This story appeared in the November issue of PRC’s Preservation in Print magazine. Interested in getting more preservation stories like this delivered to your door nine times a year? Become a member of the PRC for a subscription!
by Valerie Feathers, Abigail Bleichner and Diana Greenlee
Louisiana Archaeology Month went digital this year as the Louisiana Division of Archaeology and the Poverty Point World Heritage Site teamed up to create a virtual StoryMap exploring the use of waterways as prehistoric transportation routes. In particular, the creators focused on a single component of the site: stone material.
The Poverty Point World Heritage Site is unlike any other archaeological site in the world. It is the only place where archaeologists find both constructed semi-circular ridges and mounds in addition to a 600-year-long sedentary hunter-gatherer lifestyle (1700 to 1100 BCE). For 600 years, the American Indians who lived at the site moved more than 100 million basket loads of earth (weighing about 50 pounds each) to create this unique cultural landscape while hunting, fishing and gathering natural resources for their survival.
Although the monumental nature of the site is impressive in itself, Poverty Point is widely recognized for its vast array of artifacts. While the people of Poverty Point undoubtedly used wood, bone, cane and other locally available, but perishable, materials, the vast majority of artifacts from the site are made of either stone or fired loess. Loess (pronounced “luss”) is a sediment consisting of windblown silt from the Mississippi floodplain that was deposited on the Macon Ridge thousands of years ago. A variety of fired-earth objects (e.g., Poverty Point objects, tubular pipes, decorative objects and figurines) and pottery were made from the local sediment. Stone does not occur naturally at the site, and the material for the many thousands of stone artifacts had to be imported.
Rivers were (and still are) commonly used as a transportation route for people and goods. In addition to providing an abundance of dietary resources, rivers allowed for the relatively easy transport of heavy items, such as hematite, magnetite, galena, schist, quartz crystal, steatite, copper, greenstone and sandstone, to name a few. American Indians at the site imported an estimated 78 U.S. tons of rocks and minerals which were used for making tools and ornaments. The Mississippi River system was the most efficient way to move that much material.
LEFT TOP: Poverty Point World Heritage Site StoryMap LEFT BOTTOM: A) Photograph of original artifact, B) 3D scan of original artifact (color variation is a result of the scanner), C) Matcap (or material capture) of the 3D scan showing the object’s shape. RIGHT: Map of stone sources.
This Poverty Point StoryMap highlights the Mississippi River watershed and the origins of the stone recovered at Poverty Point. Created as an interactive presentation for the 2020 NOLA River Fest, the Poverty Point StoryMap incorporates several different forms of digital technology, including mapping in ArcGIS, photography, website integration and 3D modeling.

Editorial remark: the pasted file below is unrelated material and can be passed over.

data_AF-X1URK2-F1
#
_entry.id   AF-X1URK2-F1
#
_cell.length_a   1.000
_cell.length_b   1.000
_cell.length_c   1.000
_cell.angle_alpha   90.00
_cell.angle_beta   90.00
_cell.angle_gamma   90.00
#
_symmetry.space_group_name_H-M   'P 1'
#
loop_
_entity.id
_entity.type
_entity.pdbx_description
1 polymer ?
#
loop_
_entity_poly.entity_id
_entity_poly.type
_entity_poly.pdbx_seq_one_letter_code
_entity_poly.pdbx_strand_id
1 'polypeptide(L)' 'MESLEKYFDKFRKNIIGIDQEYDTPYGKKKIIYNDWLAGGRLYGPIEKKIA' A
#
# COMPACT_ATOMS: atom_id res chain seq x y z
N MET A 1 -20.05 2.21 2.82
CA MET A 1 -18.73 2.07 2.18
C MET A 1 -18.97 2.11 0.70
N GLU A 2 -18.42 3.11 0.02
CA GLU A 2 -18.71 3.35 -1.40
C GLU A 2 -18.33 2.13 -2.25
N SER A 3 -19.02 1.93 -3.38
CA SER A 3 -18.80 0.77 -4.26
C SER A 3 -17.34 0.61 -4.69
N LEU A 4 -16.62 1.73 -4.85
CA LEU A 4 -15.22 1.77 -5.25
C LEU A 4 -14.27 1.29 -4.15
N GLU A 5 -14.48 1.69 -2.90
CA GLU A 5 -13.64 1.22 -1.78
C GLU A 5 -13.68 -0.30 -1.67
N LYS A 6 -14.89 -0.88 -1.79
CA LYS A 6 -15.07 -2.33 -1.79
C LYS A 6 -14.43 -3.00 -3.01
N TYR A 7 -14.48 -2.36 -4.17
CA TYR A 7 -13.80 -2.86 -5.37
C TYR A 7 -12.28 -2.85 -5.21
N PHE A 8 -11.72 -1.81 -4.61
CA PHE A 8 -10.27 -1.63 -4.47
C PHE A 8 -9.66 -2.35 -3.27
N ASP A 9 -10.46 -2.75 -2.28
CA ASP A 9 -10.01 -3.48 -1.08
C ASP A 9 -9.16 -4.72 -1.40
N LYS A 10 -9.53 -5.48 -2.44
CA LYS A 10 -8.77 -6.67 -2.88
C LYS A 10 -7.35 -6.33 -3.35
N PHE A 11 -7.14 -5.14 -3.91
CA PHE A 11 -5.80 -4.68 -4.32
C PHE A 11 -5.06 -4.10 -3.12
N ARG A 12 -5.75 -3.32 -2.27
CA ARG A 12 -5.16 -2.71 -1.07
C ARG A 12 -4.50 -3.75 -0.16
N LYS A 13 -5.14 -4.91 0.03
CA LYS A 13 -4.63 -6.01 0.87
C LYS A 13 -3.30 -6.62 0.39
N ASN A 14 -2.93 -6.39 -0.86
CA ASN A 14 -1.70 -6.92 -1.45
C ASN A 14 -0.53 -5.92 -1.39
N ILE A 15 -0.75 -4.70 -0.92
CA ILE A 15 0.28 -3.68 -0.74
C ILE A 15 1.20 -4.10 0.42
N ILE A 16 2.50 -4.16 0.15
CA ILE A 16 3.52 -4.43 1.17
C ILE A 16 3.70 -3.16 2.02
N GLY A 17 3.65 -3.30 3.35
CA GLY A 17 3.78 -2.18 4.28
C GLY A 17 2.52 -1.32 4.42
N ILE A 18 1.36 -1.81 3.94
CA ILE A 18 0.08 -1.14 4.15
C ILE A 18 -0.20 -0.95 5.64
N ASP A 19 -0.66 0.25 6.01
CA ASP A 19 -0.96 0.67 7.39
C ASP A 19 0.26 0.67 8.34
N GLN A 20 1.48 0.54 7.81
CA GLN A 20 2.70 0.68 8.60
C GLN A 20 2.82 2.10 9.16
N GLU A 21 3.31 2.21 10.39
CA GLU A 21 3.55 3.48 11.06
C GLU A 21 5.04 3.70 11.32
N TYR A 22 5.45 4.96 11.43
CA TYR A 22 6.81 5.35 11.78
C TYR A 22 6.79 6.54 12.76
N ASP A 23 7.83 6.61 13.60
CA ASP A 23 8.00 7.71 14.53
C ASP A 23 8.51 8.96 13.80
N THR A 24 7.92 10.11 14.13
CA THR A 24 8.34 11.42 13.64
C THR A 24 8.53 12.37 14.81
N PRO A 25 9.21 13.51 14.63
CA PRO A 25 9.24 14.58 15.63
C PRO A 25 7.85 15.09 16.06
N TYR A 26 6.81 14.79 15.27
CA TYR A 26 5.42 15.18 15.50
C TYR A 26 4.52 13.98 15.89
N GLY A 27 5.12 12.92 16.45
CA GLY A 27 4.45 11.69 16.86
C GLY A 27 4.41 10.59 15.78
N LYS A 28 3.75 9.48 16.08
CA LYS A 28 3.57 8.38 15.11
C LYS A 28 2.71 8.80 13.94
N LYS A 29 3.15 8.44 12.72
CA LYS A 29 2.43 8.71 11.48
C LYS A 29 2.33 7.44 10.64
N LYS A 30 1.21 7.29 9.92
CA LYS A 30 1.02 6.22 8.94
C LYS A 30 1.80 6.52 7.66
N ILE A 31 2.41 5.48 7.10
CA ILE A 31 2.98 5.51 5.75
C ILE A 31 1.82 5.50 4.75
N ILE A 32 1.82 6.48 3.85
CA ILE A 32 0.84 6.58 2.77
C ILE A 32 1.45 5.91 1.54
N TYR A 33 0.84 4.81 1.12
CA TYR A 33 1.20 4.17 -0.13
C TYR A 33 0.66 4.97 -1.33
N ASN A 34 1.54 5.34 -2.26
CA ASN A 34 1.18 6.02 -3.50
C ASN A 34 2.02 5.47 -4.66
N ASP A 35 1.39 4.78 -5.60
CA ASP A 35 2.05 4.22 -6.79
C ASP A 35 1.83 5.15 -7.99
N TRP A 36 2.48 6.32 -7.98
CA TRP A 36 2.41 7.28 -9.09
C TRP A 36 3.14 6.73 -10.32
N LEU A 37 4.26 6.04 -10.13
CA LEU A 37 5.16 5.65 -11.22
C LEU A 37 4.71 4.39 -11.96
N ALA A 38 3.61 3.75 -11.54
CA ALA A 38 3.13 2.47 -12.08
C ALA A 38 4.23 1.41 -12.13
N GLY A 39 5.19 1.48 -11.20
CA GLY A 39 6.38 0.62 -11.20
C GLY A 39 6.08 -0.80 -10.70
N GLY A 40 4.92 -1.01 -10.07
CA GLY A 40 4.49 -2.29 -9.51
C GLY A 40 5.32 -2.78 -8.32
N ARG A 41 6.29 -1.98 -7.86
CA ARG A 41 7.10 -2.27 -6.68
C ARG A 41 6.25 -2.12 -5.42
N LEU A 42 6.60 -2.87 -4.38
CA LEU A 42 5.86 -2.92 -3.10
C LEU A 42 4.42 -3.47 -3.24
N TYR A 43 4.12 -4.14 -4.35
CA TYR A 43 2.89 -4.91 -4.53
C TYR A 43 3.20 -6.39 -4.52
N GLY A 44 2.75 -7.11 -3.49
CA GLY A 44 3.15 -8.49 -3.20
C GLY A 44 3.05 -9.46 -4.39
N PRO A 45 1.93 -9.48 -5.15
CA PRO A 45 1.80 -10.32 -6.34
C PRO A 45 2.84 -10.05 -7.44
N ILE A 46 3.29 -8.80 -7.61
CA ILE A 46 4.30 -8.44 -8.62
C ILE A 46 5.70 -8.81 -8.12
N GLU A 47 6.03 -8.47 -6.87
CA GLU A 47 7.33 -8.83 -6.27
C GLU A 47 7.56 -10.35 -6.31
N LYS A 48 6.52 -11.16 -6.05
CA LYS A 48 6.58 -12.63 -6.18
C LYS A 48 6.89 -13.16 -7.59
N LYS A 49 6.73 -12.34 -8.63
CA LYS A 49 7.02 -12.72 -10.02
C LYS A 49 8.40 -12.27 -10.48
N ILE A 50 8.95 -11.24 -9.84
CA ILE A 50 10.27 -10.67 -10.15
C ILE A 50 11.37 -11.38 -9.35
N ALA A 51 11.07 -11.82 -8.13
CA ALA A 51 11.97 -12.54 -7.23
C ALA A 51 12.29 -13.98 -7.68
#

The authors used a DSLR Canon camera and a light box to photograph the artifacts. A NextEngine Laser Scanner captured the 3D images of the artifacts, which were then processed using the Scan Studio software. The authors uploaded the final 3D models to Sketchfab, an open source platform for 3D models. The photos and 3D models of the artifacts were then linked to the geographical sources of the stone. Those source locations are marked by numbers on the StoryMap.
The StoryMap creation began once the various project components were completed. Staff utilized ESRI’s ArcGIS Online and ArcGIS StoryMaps platforms to construct an interactive and immersive web experience using both publicly accessible data and content created specifically for this presentation. ESRI StoryMaps allow creators to combine maps, narrative text, images and other multimedia content to produce a geographically driven story. Users are able to interact with the StoryMap in ways that traditional webpages cannot support.
Users are presented with an array of information and have several different exploration options as they scroll through the StoryMap. There are artistic renderings of the site and the daily life of its peoples, embedded texts, an illuminating informational video, maps of the Mississippi River Watershed and the sourced stone material, and photographs and 3D models of artifacts. The interactive nature of the StoryMap allows viewers to easily navigate and engage with the multiple types of information.
The Rivers as Roads: Floating Stone to Poverty Point StoryMap can be found on the Louisiana Division of Archaeology’s website here – or scroll to the bottom of this page to see the embedded StoryMap.
If you have any questions or comments, contact [email protected].